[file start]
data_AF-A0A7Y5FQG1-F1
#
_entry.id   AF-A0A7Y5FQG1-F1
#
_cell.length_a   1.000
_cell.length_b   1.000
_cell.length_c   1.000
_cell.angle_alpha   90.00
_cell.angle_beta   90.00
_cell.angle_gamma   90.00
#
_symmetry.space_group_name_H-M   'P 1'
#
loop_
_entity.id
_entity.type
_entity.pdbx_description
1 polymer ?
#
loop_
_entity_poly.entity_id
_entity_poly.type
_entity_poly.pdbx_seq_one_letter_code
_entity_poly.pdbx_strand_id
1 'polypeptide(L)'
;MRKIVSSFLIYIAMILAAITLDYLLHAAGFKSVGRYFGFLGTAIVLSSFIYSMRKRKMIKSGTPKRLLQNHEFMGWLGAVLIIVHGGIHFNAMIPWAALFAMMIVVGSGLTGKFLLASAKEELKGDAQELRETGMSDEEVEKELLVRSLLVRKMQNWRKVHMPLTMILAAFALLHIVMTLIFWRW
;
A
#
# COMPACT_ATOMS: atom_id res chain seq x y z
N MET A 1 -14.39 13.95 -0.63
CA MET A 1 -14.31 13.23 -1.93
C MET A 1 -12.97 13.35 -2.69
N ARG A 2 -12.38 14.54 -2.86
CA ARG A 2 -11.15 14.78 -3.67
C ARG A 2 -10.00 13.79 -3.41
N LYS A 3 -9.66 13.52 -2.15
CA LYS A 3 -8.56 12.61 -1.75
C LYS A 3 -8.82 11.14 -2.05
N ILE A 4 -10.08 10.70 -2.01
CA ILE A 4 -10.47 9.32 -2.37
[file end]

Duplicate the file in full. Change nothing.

data_AF-A0A7Y5FQG1-F1
#
_entry.id   AF-A0A7Y5FQG1-F1
#
_cell.length_a   1.000
_cell.length_b   1.000
_cell.length_c   1.000
_cell.angle_alpha   90.00
_cell.angle_beta   90.00
_cell.angle_gamma   90.00
#
_symmetry.space_group_name_H-M   'P 1'
#
loop_
_entity.id
_entity.type
_entity.pdbx_description
1 polymer ?
#
loop_
_entity_poly.entity_id
_entity_poly.type
_entity_poly.pdbx_seq_one_letter_code
_entity_poly.pdbx_strand_id
1 'polypeptide(L)'
;MRKIVSSFLIYIAMILAAITLDYLLHAAGFKSVGRYFGFLGTAIVLSSFIYSMRKRKMIKSGTPKRLLQNHEFMGWLGAVLIIVHGGIHFNAMIPWAALFAMMIVVGSGLTGKFLLASAKEELKGDAQELRETGMSDEEVEKELLVRSLLVRKMQNWRKVHMPLTMILAAFALLHIVMTLIFWRW
;
A
#
# COMPACT_ATOMS: atom_id res chain seq x y z
N MET A 1 -14.39 13.95 -0.63
CA MET A 1 -14.31 13.23 -1.93
C MET A 1 -12.97 13.35 -2.69
N ARG A 2 -12.38 14.54 -2.86
CA ARG A 2 -11.15 14.78 -3.67
C ARG A 2 -10.00 13.79 -3.41
N LYS A 3 -9.66 13.52 -2.15
CA LYS A 3 -8.56 12.61 -1.75
C LYS A 3 -8.82 11.14 -2.05
N ILE A 4 -10.08 10.70 -2.01
CA ILE A 4 -10.47 9.32 -2.37